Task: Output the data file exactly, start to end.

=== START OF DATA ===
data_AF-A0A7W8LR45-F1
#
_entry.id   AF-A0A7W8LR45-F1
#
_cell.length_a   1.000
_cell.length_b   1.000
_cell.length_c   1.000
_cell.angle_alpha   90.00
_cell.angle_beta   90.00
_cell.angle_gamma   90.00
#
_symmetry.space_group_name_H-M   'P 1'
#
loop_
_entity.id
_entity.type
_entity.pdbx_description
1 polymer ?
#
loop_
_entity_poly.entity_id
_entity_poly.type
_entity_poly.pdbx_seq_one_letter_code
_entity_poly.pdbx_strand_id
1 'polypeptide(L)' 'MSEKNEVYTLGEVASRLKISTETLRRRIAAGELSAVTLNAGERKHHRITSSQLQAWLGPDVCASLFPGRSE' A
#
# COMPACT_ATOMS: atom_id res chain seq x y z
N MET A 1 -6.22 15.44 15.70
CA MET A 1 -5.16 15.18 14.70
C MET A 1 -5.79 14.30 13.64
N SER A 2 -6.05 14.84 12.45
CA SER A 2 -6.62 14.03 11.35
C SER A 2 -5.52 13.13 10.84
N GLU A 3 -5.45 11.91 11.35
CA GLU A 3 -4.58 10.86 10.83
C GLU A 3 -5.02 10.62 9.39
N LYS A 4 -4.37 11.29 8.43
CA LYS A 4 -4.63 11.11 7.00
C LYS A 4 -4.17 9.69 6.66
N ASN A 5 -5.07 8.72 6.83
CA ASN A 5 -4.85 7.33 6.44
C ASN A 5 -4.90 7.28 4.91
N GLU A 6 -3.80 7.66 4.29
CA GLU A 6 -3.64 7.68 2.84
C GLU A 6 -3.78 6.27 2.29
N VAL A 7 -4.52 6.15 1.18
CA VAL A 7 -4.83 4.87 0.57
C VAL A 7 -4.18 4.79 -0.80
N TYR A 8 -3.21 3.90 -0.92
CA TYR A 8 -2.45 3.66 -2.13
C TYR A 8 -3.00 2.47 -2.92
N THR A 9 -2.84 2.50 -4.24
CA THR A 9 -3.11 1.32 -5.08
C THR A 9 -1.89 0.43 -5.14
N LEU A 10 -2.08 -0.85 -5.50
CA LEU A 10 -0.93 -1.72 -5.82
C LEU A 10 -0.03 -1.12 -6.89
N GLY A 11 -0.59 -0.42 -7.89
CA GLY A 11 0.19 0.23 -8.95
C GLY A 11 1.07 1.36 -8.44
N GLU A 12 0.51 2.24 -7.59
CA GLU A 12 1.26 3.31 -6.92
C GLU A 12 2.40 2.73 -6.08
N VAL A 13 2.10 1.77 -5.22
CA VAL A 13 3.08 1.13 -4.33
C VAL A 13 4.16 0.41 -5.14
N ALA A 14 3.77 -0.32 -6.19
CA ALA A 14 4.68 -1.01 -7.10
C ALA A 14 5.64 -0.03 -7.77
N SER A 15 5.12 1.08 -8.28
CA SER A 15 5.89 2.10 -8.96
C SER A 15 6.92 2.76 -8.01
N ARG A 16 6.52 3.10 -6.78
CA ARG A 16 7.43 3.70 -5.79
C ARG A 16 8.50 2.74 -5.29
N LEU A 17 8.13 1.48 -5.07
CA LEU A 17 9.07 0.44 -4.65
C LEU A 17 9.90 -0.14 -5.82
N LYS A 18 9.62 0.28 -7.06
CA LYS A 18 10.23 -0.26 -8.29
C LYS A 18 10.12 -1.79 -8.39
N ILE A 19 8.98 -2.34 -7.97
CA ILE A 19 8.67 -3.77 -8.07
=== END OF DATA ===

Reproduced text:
data_AF-A0A7W8LR45-F1
#
_entry.id   AF-A0A7W8LR45-F1
#
_cell.length_a   1.000
_cell.length_b   1.000
_cell.length_c   1.000
_cell.angle_alpha   90.00
_cell.angle_beta   90.00
_cell.angle_gamma   90.00
#
_symmetry.space_group_name_H-M   'P 1'
#
loop_
_entity.id
_entity.type
_entity.pdbx_description
1 polymer ?
#
loop_
_entity_poly.entity_id
_entity_poly.type
_entity_poly.pdbx_seq_one_letter_code
_entity_poly.pdbx_strand_id
1 'polypeptide(L)' 'MSEKNEVYTLGEVASRLKISTETLRRRIAAGELSAVTLNAGERKHHRITSSQLQAWLGPDVCASLFPGRSE' A
#
# COMPACT_ATOMS: atom_id res chain seq x y z
N MET A 1 -6.22 15.44 15.70
CA MET A 1 -5.16 15.18 14.70
C MET A 1 -5.79 14.30 13.64
N SER A 2 -6.05 14.84 12.45
CA SER A 2 -6.62 14.03 11.35
C SER A 2 -5.52 13.13 10.84
N GLU A 3 -5.45 11.91 11.35
CA GLU A 3 -4.58 10.86 10.83
C GLU A 3 -5.02 10.62 9.39
N LYS A 4 -4.37 11.29 8.43
CA LYS A 4 -4.63 11.11 7.00
C LYS A 4 -4.17 9.69 6.66
N ASN A 5 -5.07 8.72 6.83
CA ASN A 5 -4.85 7.33 6.44
C ASN A 5 -4.90 7.28 4.91
N GLU A 6 -3.80 7.66 4.29
CA GLU A 6 -3.64 7.68 2.84
C GLU A 6 -3.78 6.27 2.29
N VAL A 7 -4.52 6.15 1.18
CA VAL A 7 -4.83 4.87 0.57
C VAL A 7 -4.18 4.79 -0.80
N TYR A 8 -3.21 3.90 -0.92
CA TYR A 8 -2.45 3.66 -2.13
C TYR A 8 -3.00 2.47 -2.92
N THR A 9 -2.84 2.50 -4.24
CA THR A 9 -3.11 1.32 -5.08
C THR A 9 -1.89 0.43 -5.14
N LEU A 10 -2.08 -0.85 -5.50
CA LEU A 10 -0.93 -1.72 -5.82
C LEU A 10 -0.03 -1.12 -6.89
N GLY A 11 -0.59 -0.42 -7.89
CA GLY A 11 0.19 0.23 -8.95
C GLY A 11 1.07 1.36 -8.44
N GLU A 12 0.51 2.24 -7.59
CA GLU A 12 1.26 3.31 -6.92
C GLU A 12 2.40 2.73 -6.08
N VAL A 13 2.10 1.77 -5.22
CA VAL A 13 3.08 1.13 -4.33
C VAL A 13 4.16 0.41 -5.14
N ALA A 14 3.77 -0.32 -6.19
CA ALA A 14 4.68 -1.01 -7.10
C ALA A 14 5.64 -0.03 -7.77
N SER A 15 5.12 1.08 -8.28
CA SER A 15 5.89 2.10 -8.96
C SER A 15 6.92 2.76 -8.01
N ARG A 16 6.52 3.10 -6.78
CA ARG A 16 7.43 3.70 -5.79
C ARG A 16 8.50 2.74 -5.29
N LEU A 17 8.13 1.48 -5.07
CA LEU A 17 9.07 0.44 -4.65
C LEU A 17 9.90 -0.14 -5.82
N LYS A 18 9.62 0.28 -7.06
CA LYS A 18 10.23 -0.26 -8.29
C LYS A 18 10.12 -1.79 -8.39
N ILE A 19 8.98 -2.34 -7.97
CA ILE A 19 8.67 -3.77 -8.07